This time last year, officials at The Memorial Hospital were predicting they would break ground on a new hospital this summer.
But community concerns and financial setbacks have officials speaking in more conservative tones.
Hospital Administrator Randy Phelps said the goal was to have the financing in place so that ground could be broken in July 2003. Phelps estimated that construction would take 24 months.
July has come and gone and ground has yet to be broken. In fact, the decision on a site for the new hospital is still up in the air.
The architect and the project manager are finalizing cost estimates for each of the five proposed sites for the new hospital, Phelps said.
Those estimates will then be presented to the board of trustees, most likely in the form of a factual report with no recommendations.
The board will not make a final site decision without engaging the community in some fashion, Phelps said.
Community concerns contributed to delays in the replacement hospital project. In the fall of 2002, hospital board members were pursuing plans to secure financing from the Department of Housing and Urban Development for the construction of the new hospital. These plans, which were based on the idea that the new hospital would be built on the same site as the current hospital, were shelved when residents pleaded with the board to consider other sites.
Alternative sites have been discussed, and the project manager, Hammes Company of Lakewood, worked to prepare reports detailing the costs associated with each of the sites.
In May, Hammes recommended two of the five sites be removed from consideration. The current TMH site on Russell Street would likely disqualify it from HUD funding because of its location in a 500-year floodplain. "Moreover, strong political opposition has risen since the site does not have adequate room for future expansion," Hammes' report stated.
The other site Hammes recommended be cut from consideration is the Kawcak property across the street from the Public Safety Center on First Street. According to Hammes, the property's surroundings, including its location on a hazardous material transportation route are not conducive to a hospital.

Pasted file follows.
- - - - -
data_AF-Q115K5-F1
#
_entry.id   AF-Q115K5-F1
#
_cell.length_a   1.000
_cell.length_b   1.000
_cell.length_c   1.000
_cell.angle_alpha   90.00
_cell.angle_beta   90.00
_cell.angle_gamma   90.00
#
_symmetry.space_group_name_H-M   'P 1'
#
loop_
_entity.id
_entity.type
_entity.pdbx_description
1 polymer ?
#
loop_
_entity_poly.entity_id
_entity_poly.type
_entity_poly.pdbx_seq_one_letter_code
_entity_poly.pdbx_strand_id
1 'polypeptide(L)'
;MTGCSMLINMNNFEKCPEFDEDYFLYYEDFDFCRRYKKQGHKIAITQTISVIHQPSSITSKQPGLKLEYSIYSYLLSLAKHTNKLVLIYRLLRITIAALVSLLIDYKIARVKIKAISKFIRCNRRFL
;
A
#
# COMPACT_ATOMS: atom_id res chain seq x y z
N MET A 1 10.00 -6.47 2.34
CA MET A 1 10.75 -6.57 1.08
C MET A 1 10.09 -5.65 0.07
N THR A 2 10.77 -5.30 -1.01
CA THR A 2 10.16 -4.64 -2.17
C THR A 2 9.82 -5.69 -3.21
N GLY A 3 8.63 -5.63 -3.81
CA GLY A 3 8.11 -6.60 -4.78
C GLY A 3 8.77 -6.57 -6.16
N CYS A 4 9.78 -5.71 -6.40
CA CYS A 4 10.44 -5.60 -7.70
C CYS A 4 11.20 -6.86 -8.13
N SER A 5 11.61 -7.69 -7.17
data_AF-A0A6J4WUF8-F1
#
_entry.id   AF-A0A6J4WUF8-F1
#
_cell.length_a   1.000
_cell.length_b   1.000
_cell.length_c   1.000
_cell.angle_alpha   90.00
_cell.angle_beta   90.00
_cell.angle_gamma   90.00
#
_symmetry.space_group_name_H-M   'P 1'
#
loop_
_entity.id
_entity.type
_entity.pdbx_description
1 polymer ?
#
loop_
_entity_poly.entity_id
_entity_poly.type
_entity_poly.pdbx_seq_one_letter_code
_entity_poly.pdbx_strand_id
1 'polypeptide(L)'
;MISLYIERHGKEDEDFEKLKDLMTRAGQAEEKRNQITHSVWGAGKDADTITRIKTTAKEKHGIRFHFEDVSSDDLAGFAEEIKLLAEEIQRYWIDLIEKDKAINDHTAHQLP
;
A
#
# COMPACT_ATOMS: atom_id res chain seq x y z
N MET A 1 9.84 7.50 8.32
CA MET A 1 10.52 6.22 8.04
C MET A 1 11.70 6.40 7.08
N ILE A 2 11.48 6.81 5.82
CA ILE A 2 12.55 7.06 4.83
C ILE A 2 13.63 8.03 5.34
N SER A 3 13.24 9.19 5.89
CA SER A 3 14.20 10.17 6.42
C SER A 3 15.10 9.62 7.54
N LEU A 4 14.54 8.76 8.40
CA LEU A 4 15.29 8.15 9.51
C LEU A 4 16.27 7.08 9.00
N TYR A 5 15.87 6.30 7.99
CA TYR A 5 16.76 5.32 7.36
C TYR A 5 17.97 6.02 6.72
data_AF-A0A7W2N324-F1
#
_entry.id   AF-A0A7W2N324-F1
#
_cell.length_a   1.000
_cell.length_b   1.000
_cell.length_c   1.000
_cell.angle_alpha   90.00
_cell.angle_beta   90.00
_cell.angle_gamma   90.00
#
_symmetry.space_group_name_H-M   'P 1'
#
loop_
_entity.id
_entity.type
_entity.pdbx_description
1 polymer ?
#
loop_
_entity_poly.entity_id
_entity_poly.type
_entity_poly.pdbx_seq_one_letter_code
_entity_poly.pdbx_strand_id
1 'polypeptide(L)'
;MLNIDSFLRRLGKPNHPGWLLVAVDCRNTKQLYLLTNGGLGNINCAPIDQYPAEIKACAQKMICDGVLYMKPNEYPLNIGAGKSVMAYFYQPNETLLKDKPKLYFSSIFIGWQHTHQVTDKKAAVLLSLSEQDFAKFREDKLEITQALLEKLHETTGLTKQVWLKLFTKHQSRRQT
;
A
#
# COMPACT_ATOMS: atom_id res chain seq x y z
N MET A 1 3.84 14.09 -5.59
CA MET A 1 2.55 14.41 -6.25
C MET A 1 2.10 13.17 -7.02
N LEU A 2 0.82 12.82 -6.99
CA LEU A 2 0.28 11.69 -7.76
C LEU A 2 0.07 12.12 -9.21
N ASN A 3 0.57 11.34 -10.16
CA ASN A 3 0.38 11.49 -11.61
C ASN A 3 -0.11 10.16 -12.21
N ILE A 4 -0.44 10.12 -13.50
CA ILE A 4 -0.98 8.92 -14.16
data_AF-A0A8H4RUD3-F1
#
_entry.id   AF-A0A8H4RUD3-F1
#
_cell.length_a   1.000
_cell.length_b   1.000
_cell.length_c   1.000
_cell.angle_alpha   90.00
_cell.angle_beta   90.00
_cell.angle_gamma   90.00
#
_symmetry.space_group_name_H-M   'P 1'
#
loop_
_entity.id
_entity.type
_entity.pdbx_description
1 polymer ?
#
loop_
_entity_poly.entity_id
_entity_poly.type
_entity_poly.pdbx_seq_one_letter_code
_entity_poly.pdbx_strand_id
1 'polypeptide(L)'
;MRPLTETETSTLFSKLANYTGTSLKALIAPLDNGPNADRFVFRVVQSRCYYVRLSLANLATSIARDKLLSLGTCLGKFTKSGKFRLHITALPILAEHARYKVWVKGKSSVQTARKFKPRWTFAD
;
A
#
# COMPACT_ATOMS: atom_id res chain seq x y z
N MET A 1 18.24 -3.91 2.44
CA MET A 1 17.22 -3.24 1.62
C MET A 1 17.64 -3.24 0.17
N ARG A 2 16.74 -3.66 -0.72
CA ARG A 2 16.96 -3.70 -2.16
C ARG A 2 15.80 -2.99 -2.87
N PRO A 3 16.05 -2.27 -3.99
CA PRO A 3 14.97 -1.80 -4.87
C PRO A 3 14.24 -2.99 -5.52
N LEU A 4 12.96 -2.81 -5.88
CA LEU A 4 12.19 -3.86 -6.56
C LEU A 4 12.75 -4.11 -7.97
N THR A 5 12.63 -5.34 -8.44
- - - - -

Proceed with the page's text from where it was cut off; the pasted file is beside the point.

Lately, TMH's financial condition has forced the hospital to reassess its priorities.
"Financial performance has deteriorated," Phelps said.
Factors contributing to the decline include state budget cuts, a dwindling economy, loss of the only nursing home in the community, and the cost of recruiting and retaining quality professional staff.
Phelps said the first priority is getting hospital operations back in order. Pressure is not so much on deciding on a construction site as it is on hospital operations, restoring the nursing home and establishing gynecology specialist Dr. Michael Crane's practice. Currently, no gynecologists have practices in Craig.
In the July edition of TMH's newsletter Phelps said, "The decline and closing of the community's nursing home has had and will continue to have a profound negative impact on the operations of the hospital."
In fact, TMH estimates the gross revenue stream from Valley View Manor residents to be $750,000. With the nursing home gone, Medicare reimbursements for treatment of nursing home patients also are gone.
Within 30 days, the hospital board expects to receive cost evaluations from Hammes. In the best case scenario, pre-applications for HUD financing will be prepared this fall, according to the hospital's newsletter.
The Memorial Hospital of Craig Foundation raised $310,000 for the new hospital, but the current campaign is on hold until a site is selected, said Pam Thompson, TMH community relations director. It is challenging to raise money when the plans aren't finalized. Some grants the foundation plans to apply for require more information than the foundation has at this point, Thompson said.
Thompson said the foundation's goal is to raise $2 million for the replacement hospital.